Initiative could lead to free or reduced admission to arts in Tri-Cities

By Dori O'Neal, Tri-City HeraldDecember 9, 2013 

A statewide arts and science coalition is working to draft legislation that could lead to reduced or free admission to cultural and scientific educational events in the Tri-Cities.

The Cultural Access includes 36 arts, science and heritage institutions statewide with the goal of increasing access to all cultural experiences, including science centers and zoos.

Members of the coalition met recently with about 20 representatives from Tri-City area arts organizations to gather greater support.

"Access to arts, science and heritage experiences strengthens communities and individuals," said Carol Albert, chairwoman of the Cultural Access committee. "Communities and regions that are home to vibrant cultural organizations are more competitive for high paying jobs and high quality workers and greater economic prosperity."

The initaitve would allow the creation of county taxing districts so money can be raised through voter-approved sales tax or property tax levies to support the operating budgets of qualifying cultural institutions.

The money then could be used to provide programs for students and residents and to pay for school transportation to these activities.

The coalition is working to gather support from communities across the state first. So far, the responses have been positive, Albert said.

Tri-City supporters like the idea of specific funding for the arts each year, but some are skeptical if enough voters would agree to taxation to get it.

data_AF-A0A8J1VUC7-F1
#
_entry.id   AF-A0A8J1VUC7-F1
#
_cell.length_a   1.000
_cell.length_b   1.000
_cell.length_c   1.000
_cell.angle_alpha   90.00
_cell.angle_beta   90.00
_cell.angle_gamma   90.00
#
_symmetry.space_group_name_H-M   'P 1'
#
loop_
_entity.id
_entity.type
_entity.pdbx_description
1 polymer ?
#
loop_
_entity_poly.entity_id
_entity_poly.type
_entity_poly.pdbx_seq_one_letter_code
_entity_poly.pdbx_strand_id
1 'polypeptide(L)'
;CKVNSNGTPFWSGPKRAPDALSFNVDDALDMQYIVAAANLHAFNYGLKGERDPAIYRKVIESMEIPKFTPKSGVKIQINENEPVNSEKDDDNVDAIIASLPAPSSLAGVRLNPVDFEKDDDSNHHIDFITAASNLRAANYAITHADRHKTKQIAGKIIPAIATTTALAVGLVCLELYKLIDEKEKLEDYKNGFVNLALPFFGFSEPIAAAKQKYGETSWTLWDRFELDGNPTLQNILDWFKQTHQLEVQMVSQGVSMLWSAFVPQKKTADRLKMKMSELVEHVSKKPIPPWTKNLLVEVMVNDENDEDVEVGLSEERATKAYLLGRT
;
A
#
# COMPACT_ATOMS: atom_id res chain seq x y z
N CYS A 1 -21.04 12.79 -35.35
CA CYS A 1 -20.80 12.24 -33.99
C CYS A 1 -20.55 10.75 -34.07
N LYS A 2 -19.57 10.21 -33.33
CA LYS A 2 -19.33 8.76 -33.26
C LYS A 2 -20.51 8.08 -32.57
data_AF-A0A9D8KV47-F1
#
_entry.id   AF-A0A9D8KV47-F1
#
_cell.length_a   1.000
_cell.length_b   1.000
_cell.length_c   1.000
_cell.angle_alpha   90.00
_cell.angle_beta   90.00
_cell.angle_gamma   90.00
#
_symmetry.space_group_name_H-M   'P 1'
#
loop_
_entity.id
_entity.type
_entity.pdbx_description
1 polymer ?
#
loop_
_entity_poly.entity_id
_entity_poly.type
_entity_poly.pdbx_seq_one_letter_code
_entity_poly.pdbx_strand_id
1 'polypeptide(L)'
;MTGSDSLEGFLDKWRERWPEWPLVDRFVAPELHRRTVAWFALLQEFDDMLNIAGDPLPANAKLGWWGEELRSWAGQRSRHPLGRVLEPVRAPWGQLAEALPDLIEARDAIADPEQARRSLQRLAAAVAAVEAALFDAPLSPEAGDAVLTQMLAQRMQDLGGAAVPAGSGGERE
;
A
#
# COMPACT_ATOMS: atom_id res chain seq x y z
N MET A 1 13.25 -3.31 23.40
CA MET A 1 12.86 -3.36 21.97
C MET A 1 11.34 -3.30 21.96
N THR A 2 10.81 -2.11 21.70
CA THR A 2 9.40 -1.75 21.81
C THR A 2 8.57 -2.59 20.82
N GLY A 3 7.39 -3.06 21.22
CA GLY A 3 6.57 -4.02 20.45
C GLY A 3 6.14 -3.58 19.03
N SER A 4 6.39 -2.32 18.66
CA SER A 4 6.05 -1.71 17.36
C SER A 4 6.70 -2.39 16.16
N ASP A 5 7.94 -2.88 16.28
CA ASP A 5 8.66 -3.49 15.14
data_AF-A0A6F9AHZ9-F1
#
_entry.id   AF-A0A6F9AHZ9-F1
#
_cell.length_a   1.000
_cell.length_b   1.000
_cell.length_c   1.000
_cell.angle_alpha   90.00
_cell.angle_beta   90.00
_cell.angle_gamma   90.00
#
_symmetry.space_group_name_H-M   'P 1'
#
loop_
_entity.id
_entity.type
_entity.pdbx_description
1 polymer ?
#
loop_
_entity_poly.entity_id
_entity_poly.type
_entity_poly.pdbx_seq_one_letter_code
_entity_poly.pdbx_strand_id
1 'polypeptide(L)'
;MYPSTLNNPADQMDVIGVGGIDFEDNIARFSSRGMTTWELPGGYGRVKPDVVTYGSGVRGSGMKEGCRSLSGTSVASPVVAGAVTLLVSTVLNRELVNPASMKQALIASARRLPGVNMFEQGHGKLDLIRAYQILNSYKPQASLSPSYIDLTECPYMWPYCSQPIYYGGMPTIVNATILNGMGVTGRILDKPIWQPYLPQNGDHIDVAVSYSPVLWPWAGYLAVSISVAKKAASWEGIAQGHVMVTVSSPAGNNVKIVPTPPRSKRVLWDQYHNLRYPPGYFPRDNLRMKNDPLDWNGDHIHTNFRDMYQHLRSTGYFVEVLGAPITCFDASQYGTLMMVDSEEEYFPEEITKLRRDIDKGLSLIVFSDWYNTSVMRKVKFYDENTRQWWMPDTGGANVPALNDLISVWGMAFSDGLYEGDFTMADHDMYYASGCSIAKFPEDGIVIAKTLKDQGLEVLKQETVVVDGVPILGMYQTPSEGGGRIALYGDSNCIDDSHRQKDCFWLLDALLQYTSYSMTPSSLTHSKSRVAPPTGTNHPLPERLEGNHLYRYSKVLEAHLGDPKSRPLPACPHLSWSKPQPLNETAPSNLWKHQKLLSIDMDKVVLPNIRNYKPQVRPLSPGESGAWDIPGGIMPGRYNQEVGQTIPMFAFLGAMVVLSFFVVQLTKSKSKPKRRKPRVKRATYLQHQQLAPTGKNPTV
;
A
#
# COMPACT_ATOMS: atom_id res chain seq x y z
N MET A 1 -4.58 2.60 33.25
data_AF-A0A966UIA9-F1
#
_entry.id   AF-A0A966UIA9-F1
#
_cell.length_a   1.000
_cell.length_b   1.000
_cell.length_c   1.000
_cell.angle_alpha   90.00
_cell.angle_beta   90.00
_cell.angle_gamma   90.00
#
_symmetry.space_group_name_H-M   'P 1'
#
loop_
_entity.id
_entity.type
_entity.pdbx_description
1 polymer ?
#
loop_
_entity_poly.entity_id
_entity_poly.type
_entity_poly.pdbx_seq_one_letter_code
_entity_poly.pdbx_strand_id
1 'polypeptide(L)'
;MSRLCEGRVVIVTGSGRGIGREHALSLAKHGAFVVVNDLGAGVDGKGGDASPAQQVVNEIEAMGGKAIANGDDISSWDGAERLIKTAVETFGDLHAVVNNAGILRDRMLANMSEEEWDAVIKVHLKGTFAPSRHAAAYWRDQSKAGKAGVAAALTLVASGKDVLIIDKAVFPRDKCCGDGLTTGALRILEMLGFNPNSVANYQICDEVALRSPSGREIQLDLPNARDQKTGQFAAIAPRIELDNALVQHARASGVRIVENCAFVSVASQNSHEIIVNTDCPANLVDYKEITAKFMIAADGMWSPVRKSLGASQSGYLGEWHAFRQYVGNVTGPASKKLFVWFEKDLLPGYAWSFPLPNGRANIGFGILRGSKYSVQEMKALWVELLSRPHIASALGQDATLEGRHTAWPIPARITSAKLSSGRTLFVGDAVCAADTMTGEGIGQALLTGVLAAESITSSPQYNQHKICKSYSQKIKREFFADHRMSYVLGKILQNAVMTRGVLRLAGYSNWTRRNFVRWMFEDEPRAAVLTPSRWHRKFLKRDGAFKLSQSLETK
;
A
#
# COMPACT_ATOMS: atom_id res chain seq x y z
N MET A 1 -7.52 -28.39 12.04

"The western side of the state has tried twice to get the Legislature to allow them to up their sales tax rate in order to support the arts and it failed," said Deb Donahoe and Adele Connors with the Academy of Children's Theatre.

"Organizers finally realized that they have to get the rest of the state on their side in order to get the measure to pass."

That being said, they added, there's still the dilemma of making sure the Legislature passes the initiative. Then commissioners in Benton and Franklin counties would have to decide whether to set up such districts.

Nancy Doran, a member of Camerata Musica organization, is all for doing what it takes to increase funding for local arts events, making them more affordable for lower income families.

However, getting voter approval for a property or sales tax increase would be a challenge.

"I am concerned that the chances of passing a sales tax increase locally are very slim," Doran said.

The coalition sees the cultural access proposal as a great opportunity because it would increase attendance at events by providing reduced or free admission, expand arts experiences for students and give voters the power to approve the revenue for the arts and control how the money is spent in each county.

"This proposal gives local voters a tool to increase access to the arts, heritage and science experiences," Albert said. "The initiative is modeled after other successful programs throughout the United States."

-- Dori O'Neal: 582-1514;; Twitter: @dorioneal

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